Lighting for Tillandsias should be bright but filtered (April - October). They should not be left in the direct sun in the summer months (this will cause the plant to become sunburned ). Tillandsias love direct sun (November - March). Tillandsias may be grown in the house directly in front of a window. Fresh moving air is advisable, but remember, the most important care need is bright filtered light.
As a main method of watering your plants, we recommend giving them a thorough rinsing under running water or letting them soak in a bath of water for 20-30 minutes. You can use a bowl, the sink or even the bathtub if you've got a family. After their shower or bath, gently shake the plants to remove any excess water from the base and the leaves, and set out to dry in an area with enough air circulation to dry them out in about 4 hours. If your plants need an in-between watering, misting them with a spray bottle is a great method. A plant in bloom should be rinsed rather than submerged in water, and take care when rinsing the delicate flowers.
Your plants should be watered once per week, and 2-3 times is recommended for optimal care. A longer, 2-hour soak is recommended every 2-3 weeks. If you are in a drier, hotter climate, more frequent watering or misting will be needed. You'll begin to notice that after watering, your plant's leaves will feel stiffer and full of water and they'll be softer and lighter in color when they're in need of water. Wrinkled or rolled leaves can be a sign of dehydration.
Tillandsias are tropical plants that usually live for several years and will bloom and produce flowers only one time during their lifetime. The flowers are striking and brilliantly colored, and the bloom period will last several days to many months, depending on the species. Different species bloom at different times, also depending on their care and environment. A plant will most likely go into bloom sometime between mid-winter and mid-summer.
MARIMO MOSS BALLS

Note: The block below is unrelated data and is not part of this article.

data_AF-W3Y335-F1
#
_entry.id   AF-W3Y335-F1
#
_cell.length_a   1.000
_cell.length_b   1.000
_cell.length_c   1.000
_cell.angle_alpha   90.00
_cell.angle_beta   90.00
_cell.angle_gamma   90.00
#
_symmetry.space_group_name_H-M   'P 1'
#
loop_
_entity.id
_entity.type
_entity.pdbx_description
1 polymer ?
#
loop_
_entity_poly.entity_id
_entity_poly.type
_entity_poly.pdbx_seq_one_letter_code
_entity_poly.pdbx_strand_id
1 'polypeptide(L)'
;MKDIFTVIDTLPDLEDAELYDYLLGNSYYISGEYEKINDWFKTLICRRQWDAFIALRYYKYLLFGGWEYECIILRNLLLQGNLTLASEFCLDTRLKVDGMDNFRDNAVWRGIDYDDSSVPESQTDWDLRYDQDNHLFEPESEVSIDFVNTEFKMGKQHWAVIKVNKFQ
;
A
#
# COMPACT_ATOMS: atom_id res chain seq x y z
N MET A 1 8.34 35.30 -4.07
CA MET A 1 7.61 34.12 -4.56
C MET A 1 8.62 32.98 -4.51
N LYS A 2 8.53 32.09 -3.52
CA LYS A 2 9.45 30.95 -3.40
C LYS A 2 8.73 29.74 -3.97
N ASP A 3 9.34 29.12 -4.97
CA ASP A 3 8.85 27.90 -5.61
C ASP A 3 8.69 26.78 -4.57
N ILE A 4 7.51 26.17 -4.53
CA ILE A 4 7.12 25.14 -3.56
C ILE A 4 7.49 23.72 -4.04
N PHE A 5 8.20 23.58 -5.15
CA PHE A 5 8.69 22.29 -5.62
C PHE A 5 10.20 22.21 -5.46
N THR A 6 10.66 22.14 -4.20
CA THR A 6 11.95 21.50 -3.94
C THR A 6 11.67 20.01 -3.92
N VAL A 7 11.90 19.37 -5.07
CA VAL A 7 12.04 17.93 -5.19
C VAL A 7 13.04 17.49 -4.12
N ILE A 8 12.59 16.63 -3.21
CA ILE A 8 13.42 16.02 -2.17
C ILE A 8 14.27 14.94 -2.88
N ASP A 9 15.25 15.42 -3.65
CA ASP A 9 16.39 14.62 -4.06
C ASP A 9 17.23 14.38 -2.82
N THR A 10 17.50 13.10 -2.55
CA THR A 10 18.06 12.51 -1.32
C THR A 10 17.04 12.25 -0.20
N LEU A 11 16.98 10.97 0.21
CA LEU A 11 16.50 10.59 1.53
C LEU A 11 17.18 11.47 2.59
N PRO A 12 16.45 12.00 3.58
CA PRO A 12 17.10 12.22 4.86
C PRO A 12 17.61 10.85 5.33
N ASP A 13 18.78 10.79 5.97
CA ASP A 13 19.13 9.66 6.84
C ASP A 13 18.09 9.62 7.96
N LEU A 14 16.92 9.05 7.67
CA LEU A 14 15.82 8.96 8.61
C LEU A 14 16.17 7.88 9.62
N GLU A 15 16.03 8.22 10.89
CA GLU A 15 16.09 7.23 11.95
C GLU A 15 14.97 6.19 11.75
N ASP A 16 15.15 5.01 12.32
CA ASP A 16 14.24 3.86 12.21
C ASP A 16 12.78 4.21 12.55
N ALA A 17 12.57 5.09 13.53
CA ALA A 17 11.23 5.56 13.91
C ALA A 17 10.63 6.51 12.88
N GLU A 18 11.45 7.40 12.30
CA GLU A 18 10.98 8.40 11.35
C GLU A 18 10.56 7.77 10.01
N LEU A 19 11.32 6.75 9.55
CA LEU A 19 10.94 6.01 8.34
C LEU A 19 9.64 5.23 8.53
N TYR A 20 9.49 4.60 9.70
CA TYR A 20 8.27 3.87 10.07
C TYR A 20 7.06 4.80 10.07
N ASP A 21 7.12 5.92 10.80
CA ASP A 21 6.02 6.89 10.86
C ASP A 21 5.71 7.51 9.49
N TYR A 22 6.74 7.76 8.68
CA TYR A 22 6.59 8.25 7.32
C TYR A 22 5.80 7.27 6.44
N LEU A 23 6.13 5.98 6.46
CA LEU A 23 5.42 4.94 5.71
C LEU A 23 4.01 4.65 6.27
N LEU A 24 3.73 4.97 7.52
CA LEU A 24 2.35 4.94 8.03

Marimo, a Japanese word which literally translates to “seaweed ball” are not moss at all - they’re actually a rare form of spherical algae. There’s no central stone or kernel inside the sphere - it’s solid algae, radiating from the center, growing radially outward at the snail’s pace of just 5mm per year. But in their natural habitats - few fresh water lakes in Japan, Estonia, Iceland, Scotland and Australia - they’ve been known to grow to between 8 and 12 inches in diameter!
Keep your Marimo where they will receive low to medium indirect light. You must protect marimo from the direct rays of the sun, as Marimo can easily turn brown if they are getting direct light! Also keep in mind that direct sun will be intensified by glass marimo enclosures which can heat water quite quickly. Remember - these guys are native to cool lakes, and should be kept cool.
Marimo are well adapted to low light spaces and can photosynthesize in normal household light. If your space has no window, keep marimo close to a fluorescent or full-spectrum bulb.
Change water once every two weeks using regular tap water (for best results, allow water to sit out for 24 hours prior to changing the water). You’ll need to change the water more often in summer, as it will heat and evaporate more quickly. Clean your marimo enclosure with a brush if algae begins to grow on tank surface.
When succulents are indoors it’s often hard for them to get enough sunlight. Keep your plants as close to the window as you can, but be careful not to let them get sunburned if the light from the window gets too hot. This tends to happen most with south facing windows (which tend to get the most light if you’re in the northern hemisphere).
Give succulents enough water that the soil gets completely wet. Then, let it dry out completely before you water again - generally every 4-5 days. Don’t water it daily and don’t use a spray bottle.
Also know that succulents have a dormant period (most of them in the winter) and they don’t need as much water then. Since they are dormant, they aren’t growing and they don’t use up as much water.
Please note that succulents will naturally have some lower leaves that will shrivel and die. This is not a sign that your plant is unhealthy - it's natural for succulents to shed leaves in order for new growth to occur.